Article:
While Balson’s earlier work in the 1940s made much use of the circle as a definitive shape and circular motion as a compositional device, in Constructive painting 1947 squares and rectangles seem to ‘float’ randomly across the canvas, shifting above, below and behind one another. These ‘patterns of great complexity’, as painter and critic James Gleeson described them, signified the direction that both Balson and Crowley would take over the next few years and would seem to be (at least in Crowley’s art) the painterly evidence of Hambidge’s ‘rectangle of the whirling square’. Both Crowley and Balson, according to Frank Hinder, had long been experimenting with coloured papers to achieve this effect and by the early 1950s both were painting abstract compositions of overlapping geometric blocks of tonal colour, though Balson stuck more rigidly to a formal grid than Crowley.21 Colour, too, is reduced (though not as reductive as some that followed in the early 1950s), with bands of barely distinguishable blue backgrounding pale pink, grey and yellow. As with Crowley’s painting, the creamy texture of the paint itself has been allowed expression — indeed Balson’s enjoyment of the physicality of the medium is palpable.
Balson’s influence on Crowley’s art is best demonstrated by her 1950s abstracts. In her Abstract 1951, for example, the sky blue and hot pinks serve as a background to a humming mix of egg yolk yellow and bright orange, while the ‘rectangle of the whirling square’ spins across the canvas from right to left. Shapes and colours collide and float so that all sense of perspective is lost. Paint has been applied thickly, the brush dragging at the oil to create a deeply grooved effect. Crowley’s painting has an easy fluidity not present in either Balson’s or Frank Hinders work. This relaxation of form probably resulted from Crowley combining Hambidge’s theories with those of Lhote and Gleizes, whereas Balson drew many of his influences from Mondrian and contemporary French painting, and later, American Abstract Expressionism (towards which he would increasingly lean)22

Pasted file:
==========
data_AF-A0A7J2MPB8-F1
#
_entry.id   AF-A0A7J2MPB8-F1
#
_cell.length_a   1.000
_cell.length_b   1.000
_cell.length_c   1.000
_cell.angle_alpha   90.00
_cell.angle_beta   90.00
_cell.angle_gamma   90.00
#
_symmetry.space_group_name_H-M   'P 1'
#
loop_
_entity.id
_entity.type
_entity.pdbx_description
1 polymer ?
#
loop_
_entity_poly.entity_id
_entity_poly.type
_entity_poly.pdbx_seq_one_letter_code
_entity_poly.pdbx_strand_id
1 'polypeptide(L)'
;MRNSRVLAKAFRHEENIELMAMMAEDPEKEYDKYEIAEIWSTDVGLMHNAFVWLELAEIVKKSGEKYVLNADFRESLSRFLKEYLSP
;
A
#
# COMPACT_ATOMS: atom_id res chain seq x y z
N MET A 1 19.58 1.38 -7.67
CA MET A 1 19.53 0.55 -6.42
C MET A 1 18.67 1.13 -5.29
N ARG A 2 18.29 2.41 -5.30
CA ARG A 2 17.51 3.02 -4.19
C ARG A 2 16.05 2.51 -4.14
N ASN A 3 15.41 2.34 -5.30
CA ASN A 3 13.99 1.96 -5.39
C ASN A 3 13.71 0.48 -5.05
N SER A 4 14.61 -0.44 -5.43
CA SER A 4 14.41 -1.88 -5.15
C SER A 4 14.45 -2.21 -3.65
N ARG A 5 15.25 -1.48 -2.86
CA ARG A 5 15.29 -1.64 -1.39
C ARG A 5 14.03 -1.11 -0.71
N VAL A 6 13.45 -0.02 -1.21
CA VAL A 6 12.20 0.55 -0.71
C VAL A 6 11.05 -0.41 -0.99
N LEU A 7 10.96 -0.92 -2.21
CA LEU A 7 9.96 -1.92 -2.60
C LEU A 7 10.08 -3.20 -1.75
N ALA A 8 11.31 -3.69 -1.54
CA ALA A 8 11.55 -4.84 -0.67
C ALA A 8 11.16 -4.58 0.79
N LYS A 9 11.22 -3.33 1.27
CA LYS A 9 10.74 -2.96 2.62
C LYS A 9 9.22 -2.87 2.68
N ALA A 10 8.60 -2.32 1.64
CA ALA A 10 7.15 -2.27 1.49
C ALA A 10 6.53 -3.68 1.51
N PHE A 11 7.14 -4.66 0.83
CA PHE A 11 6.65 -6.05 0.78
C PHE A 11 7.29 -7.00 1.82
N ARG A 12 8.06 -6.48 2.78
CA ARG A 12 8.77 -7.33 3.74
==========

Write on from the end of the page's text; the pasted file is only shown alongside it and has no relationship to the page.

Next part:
Crowley and Balson remained painting partners and the best of friends until Balson’s death in 1964. They painted together at her cottage in Mittagong, and met up in Fondon and Paris in 1960 where they worked and visited galleries. A combination of self-deprecation and low self-confidence conspired to limit the number of surviving paintings by Crowley. She destroyed many of her own works when she closed her studio in George Street, stating matter-of-factly that ‘even the most famous artists do bad work’, and she was clearly uncomfortable with interviewers in speaking of her own art and her role in developing abstraction in mid-twentieth-century Sydney.23 Balson, on the other hand, enjoyed more success as time wore on, holding a total of eight solo exhibitions and many group exhibitions until his death in 1964.
Their deep friendship was easier to sustain than their collaborative success. Throughout their long partnership, Crowley loved to watch Balson paint. ‘People thought him rather morose, and he wasn’t… he was the happiest thing you could think of.’24
Edited extract by Dr Candice Bruce, former Curator, Australian Art, QAGOMA from Lynne Seear and Julie Ewington (eds). Brought to Light: Australian Art 1850-1965, Queensland Art Gallery, 1998. Dr Candice Bruce is former Curator, Australian Art, QAGOMA.
1 Hazel de Berg, ‘Interview with Grace Crowley’, 1966, tape recording, National Library of Australia, Canberra, published in Ralph Balson 1890-1964 [exhibition catalogue], Niagara Galleries, Melbourne, 1989, pp.2-3. The Hazel de Berg recordings were an oral history project of the National Library of Australia, Canberra.
2 After studying at Julian Ashton’s Sydney Art School (1915-18), Crowley met with family opposition to her chosen career. To support herself financially, she became Ashton’s assistant for several years, taking over from Elioth Grüner. Her family once again supported her financially while she lived in France. For Balson see Bruce Adams, Ralph Balson: A Retrospective [exhibition catalogue], Heide Park and Art Gallery, Bulleen (Vic.), 1989.